Try a very simple experiment. Take a pencil and hold it in front of your eyes, a few feet away. Narrow your attention to the pencil itself, so you cease to be aware of the room. Then let your attention expand, so you become aware of the room as its background. Then narrow your attention again. Do this a dozen times. At the end of this time, you will begin to experience a curious mental glow, not unlike what happens if you exercise your muscles. Because in fact you are exercising a muscle of whose existence you are normally unaware.
—Colin Wilson, The Outsider
Moving from narrow to wide attention is a surprisingly difficult task for me.
I’m used to being able to direct my attention. I can make myself focus on a book or a lecture or whatever task is at hand. I can even narrow my attention to something mundane, like a mantra or the branches of a tree. Holding attention in one place can be hard, but I know how to swing the spotlight to a particular location.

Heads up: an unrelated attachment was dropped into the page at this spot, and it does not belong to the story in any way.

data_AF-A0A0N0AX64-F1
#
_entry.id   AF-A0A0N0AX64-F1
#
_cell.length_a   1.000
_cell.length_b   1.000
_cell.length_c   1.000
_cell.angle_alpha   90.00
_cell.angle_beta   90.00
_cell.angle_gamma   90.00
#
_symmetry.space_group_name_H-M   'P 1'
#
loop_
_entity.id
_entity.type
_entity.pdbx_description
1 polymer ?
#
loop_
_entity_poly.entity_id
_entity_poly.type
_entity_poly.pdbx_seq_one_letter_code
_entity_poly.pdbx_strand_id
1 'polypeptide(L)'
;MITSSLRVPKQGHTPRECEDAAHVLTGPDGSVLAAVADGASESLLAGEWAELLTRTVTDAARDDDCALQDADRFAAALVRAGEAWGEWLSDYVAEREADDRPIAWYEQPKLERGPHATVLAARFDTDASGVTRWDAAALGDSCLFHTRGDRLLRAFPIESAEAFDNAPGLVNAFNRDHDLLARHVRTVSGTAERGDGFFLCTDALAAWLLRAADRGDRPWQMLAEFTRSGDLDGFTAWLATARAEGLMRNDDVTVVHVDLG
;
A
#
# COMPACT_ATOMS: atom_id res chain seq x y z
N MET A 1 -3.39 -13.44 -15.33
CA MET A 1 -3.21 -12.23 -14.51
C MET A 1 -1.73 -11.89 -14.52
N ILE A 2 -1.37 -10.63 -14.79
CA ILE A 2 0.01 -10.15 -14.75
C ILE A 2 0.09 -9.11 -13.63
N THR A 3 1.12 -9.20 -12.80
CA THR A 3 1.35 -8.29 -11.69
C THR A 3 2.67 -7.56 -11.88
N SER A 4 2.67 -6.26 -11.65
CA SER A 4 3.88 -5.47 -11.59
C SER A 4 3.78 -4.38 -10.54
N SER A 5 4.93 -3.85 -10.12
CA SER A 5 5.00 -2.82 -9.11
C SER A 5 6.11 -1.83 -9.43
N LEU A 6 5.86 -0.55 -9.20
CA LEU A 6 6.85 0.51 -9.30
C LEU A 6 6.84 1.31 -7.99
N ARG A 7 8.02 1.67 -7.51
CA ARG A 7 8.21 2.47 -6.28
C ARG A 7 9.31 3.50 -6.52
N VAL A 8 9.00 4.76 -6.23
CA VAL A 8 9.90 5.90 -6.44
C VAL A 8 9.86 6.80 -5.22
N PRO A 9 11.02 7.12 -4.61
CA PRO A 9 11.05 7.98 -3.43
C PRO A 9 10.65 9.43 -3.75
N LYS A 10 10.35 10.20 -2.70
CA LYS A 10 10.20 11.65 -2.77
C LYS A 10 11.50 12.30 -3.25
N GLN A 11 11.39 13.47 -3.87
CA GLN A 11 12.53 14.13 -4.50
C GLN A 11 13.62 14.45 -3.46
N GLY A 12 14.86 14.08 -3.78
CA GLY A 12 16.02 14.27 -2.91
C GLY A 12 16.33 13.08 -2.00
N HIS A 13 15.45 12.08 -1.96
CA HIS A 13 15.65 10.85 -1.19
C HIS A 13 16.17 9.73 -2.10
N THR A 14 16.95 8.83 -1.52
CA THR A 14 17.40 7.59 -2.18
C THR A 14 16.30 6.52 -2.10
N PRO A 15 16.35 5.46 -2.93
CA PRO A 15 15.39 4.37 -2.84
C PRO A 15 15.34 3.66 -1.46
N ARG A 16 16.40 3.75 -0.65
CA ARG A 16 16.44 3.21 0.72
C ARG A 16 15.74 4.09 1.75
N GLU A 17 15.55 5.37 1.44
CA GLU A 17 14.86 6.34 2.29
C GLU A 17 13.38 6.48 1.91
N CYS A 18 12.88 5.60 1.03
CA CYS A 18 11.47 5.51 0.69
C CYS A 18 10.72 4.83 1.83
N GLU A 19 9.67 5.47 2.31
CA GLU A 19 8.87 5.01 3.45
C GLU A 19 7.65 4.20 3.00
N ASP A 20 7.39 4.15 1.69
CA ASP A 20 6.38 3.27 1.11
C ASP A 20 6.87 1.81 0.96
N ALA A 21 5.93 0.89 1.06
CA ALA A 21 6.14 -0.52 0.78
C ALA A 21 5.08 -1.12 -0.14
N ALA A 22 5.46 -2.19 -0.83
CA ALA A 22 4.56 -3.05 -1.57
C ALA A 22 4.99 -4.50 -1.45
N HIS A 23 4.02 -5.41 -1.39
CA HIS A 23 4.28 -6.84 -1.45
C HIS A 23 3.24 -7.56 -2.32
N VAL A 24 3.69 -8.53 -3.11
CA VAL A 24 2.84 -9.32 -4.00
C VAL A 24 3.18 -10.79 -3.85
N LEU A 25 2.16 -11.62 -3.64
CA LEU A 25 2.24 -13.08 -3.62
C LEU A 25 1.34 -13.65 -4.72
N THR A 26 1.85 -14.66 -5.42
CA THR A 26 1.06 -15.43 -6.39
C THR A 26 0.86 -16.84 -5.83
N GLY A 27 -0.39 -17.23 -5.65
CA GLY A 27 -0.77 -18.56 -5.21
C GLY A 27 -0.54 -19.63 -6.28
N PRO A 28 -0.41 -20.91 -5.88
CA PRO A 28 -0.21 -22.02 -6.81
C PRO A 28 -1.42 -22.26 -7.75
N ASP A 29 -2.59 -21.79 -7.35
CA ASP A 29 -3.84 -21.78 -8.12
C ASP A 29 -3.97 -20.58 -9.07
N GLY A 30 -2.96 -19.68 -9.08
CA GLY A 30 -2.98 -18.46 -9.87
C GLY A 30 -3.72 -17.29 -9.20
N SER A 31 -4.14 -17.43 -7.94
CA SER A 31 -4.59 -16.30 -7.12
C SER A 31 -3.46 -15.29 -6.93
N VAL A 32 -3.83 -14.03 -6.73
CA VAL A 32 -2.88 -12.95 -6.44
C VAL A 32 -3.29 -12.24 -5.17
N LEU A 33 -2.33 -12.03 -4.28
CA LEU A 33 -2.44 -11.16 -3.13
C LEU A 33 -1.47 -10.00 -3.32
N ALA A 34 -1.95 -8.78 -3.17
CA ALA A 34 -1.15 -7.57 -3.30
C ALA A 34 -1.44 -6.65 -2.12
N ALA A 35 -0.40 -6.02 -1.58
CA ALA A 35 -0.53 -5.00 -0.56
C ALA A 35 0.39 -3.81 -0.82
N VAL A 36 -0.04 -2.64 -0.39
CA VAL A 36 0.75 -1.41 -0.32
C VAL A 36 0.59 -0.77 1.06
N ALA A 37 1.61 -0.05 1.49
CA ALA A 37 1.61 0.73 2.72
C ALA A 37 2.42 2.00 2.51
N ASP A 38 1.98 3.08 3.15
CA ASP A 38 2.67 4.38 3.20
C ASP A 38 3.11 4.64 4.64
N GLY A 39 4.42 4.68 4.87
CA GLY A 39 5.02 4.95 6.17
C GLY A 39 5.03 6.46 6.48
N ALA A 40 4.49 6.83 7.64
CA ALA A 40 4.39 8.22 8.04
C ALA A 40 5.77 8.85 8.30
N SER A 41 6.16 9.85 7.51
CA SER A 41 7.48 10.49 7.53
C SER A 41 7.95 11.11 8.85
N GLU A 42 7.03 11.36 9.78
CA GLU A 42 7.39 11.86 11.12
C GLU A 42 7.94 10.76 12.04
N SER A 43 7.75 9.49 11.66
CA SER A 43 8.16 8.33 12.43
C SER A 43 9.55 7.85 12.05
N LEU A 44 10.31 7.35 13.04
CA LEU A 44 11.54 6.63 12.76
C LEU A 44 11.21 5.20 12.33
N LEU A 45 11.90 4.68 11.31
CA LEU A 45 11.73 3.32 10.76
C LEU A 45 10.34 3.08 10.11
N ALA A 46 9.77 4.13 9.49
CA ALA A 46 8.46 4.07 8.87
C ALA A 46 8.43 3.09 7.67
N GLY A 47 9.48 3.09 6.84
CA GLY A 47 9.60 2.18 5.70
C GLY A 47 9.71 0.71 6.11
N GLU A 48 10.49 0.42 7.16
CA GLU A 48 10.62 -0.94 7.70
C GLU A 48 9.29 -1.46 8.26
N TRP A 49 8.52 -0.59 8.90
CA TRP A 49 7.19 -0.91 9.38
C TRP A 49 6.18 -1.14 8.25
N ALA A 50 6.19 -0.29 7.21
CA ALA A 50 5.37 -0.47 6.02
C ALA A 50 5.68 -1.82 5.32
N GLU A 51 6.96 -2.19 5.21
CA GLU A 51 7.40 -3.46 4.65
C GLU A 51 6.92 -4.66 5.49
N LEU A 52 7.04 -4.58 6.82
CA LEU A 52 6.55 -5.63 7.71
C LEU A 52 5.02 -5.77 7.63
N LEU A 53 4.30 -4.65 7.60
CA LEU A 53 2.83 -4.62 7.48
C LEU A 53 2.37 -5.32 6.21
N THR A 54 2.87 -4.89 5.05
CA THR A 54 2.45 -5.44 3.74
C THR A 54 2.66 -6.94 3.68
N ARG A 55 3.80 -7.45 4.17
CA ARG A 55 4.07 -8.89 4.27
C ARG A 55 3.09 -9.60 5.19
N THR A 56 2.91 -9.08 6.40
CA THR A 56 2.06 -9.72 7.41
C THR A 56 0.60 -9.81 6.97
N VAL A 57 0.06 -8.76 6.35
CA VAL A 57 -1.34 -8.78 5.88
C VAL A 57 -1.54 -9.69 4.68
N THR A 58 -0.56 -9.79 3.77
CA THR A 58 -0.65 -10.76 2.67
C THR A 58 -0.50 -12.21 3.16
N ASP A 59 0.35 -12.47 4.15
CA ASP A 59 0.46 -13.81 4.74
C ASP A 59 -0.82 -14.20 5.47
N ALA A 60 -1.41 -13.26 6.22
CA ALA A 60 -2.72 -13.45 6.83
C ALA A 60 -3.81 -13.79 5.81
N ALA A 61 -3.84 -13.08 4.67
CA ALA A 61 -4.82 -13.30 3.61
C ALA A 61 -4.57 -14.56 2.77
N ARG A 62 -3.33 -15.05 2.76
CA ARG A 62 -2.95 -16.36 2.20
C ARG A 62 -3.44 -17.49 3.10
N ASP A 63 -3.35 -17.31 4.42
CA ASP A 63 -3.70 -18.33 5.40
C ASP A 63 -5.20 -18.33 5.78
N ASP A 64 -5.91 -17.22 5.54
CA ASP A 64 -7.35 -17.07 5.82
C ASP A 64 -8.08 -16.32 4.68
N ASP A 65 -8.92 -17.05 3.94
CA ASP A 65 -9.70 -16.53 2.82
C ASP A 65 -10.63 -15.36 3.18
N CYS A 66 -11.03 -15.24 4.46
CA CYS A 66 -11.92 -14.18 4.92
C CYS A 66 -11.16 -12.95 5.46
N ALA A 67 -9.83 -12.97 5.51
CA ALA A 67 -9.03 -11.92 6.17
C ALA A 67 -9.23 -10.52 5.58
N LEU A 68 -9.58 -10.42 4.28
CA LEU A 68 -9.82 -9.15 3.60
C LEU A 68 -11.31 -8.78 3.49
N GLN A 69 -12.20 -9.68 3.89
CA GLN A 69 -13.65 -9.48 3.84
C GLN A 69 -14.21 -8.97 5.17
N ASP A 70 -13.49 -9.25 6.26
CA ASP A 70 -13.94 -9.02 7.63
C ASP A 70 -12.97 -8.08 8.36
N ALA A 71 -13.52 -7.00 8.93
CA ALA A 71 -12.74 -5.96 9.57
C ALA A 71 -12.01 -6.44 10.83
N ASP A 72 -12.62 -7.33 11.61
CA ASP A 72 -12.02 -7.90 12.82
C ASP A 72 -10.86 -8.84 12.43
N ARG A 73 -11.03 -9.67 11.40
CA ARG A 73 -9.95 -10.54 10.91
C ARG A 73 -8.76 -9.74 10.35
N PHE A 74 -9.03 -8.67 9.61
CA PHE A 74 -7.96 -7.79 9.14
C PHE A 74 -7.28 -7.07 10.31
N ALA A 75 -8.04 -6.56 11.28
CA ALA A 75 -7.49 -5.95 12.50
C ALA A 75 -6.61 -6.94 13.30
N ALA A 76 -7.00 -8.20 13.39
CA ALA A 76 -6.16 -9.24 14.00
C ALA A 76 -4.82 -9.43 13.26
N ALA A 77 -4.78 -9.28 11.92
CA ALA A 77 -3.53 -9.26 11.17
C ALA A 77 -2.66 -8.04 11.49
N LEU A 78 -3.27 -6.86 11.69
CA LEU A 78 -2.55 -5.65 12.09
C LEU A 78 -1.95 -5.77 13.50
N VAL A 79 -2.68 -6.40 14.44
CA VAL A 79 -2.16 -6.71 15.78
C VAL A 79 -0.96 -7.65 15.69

But when I’m told to “make my attention wide”, my first instinct is to keep swinging the spotlight around, looking for this wide attention, as though it’s a thing the spotlight might focus on. I keep turning my attention back on itself, asking “was that it?” Occasionally I might find a gap in thought, a moment of absorption—and then I immediately focus my spotlight on that memory to examine it.
One helpful strategy I’ve found is to methodically scan my environment with spotlight attention. I might cycle between each of my senses (what do I see? hear? feel? smell?) or let my eyes wander from object to object. It’s not quite floodlight awareness, but preventing the spotlight from settling on any one thing keeps the aperture wider than normal.
Another fun exercise: I’ll focus my eyes on an object straight ahead, then without moving my eyes let my attention drift to something in the periphery. Then I’ll see if I can hold my attention on two different objects in the periphery; then add a third, and so on. I can usually get to around five objects before my attention starts flickering back and forth.